The Biden administration is back at the Supreme Court to argue for a change 
in immigration policy from the Trump administration. It's is appealing a ruling 
against a Biden policy prioritizing deportation of people in the country 
illegally who pose the greatest public safety risk. Last term, the justices by 
a 5-4 vote paved the way for the administration to end the Trump policy that 
required asylum-seekers to wait in Mexico for their court hearing. In July, 
also by a 5-4 vote, the high court refused to allow the administration to 
implement policy guidance for deportations. A Trump-era policy favored 
deporting people in the country illegally regardless of criminal history or 
community ties.



   A new clash involving religion, free speech and the rights of LGBTQ people 
will also be before the justices. The case involves Colorado graphic and 
website designer Lorie Smith who wants to expand her business and offer wedding 
website services. She says her Christian beliefs would lead her to decline any 
request from a same-sex couple to design a wedding website, however, and that 
puts her in conflict with a Colorado anti-discrimination law.

   The case is a new chance for the justices to confront issues the court 
skirted five years ago in a case about a baker objected to making cakes for 
same-sex weddings. The court has grown more conservative since that time.



   In November, the court will review a federal law that gives Native Americans 
preference in adoptions of Native children. The case presents the most 
significant legal challenges to the Indian Child Welfare Act since its 1978 
passage. The law has long been championed by Native American leaders as a means 
of preserving their families and culture. A federal appeals court in April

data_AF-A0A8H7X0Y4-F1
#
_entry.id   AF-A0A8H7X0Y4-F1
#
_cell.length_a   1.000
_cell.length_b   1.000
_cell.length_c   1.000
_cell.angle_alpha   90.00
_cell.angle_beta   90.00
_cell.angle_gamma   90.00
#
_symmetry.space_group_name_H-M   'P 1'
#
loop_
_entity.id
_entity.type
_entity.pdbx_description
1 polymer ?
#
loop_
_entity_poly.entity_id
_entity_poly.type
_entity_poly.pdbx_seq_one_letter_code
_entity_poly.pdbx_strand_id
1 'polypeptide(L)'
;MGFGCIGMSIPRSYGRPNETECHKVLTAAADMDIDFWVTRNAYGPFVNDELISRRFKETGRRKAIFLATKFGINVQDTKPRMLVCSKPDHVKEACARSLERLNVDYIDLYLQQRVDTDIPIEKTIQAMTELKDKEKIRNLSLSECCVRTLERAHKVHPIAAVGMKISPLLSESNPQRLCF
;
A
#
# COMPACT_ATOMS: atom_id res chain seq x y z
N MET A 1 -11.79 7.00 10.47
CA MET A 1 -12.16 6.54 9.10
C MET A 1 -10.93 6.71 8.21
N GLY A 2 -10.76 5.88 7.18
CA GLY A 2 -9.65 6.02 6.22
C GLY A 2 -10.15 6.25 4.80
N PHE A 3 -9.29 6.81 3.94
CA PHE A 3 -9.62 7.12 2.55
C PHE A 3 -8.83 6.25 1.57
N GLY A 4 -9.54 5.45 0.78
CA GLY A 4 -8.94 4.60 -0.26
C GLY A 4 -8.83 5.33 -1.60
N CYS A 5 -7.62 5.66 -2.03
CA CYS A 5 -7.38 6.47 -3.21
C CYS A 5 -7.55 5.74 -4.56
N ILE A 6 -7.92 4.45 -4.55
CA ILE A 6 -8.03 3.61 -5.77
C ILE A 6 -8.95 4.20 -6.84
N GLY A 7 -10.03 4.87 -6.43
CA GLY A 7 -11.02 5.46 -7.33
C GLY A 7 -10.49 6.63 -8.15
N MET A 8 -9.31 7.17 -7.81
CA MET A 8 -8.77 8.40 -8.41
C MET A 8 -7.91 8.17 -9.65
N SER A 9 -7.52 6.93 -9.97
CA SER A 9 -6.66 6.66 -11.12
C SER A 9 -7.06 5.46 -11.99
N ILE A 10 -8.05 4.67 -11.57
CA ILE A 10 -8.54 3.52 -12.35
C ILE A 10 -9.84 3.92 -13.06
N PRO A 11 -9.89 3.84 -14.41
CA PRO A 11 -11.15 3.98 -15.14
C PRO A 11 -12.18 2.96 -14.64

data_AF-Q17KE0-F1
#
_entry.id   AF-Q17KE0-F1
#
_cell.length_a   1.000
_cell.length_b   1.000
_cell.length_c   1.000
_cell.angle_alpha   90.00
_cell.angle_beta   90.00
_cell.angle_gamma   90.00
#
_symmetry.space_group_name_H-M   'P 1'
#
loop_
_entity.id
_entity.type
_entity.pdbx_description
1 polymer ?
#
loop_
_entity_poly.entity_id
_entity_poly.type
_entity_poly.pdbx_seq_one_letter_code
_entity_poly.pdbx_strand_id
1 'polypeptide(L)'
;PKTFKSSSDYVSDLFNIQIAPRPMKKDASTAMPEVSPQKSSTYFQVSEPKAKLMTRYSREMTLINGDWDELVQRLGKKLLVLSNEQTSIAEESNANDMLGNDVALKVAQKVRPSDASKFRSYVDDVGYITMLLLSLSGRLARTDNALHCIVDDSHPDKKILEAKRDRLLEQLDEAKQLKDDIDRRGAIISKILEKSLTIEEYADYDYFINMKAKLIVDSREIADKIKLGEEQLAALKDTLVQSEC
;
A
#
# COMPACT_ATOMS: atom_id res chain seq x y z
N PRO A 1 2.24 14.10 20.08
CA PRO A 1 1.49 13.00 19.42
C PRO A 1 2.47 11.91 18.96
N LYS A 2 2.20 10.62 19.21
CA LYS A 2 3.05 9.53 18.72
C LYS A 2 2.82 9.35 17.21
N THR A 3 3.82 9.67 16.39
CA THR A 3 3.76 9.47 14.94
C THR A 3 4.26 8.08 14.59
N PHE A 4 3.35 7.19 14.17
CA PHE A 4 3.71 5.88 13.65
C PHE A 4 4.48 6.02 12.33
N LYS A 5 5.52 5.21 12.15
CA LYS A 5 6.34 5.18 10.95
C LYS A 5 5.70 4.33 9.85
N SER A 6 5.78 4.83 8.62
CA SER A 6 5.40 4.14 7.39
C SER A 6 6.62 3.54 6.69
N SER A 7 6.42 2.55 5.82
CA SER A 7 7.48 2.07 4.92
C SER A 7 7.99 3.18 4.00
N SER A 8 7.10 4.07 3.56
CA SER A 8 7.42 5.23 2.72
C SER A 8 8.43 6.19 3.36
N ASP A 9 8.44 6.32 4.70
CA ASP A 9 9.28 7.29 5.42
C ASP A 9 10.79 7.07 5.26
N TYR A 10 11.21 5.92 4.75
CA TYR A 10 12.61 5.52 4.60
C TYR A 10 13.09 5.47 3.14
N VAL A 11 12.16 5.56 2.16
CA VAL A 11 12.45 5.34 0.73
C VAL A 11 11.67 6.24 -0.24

upheld the law and Congress' authority to enact it. But the judges also found 
some of the law's provisions unconstitutional, including preferences for 
placing Native American children with Native adoptive families and in Native 
foster homes.



   Also on the menu for the justices: a California animal rights law. The case 
stems from a 2018 ballot measure where California voters barred the sale of 
pork in the state if the pig it came from or the pig's mother was raised in 
confined conditions preventing them from laying down or turning around. Two 
agricultural associations challenging the law say almost no farms satisfy those 
conditions. They say the "massive costs of complying" with the law will "fall 
almost exclusively on out-of-state farmers" and that the costs will be passed 
on to consumers nationwide.



   The court's resolution of a dispute involving pieces by artist Andy Warhol 
could have big consequences in the art world and beyond. If the Warhol side 
loses a copyright dispute involving an image Warhol made of the musician 
Prince, other artworks could be in peril, lawyers say. But the other side says 
if Warhol wins, it would be a license for other artists to blatantly copy.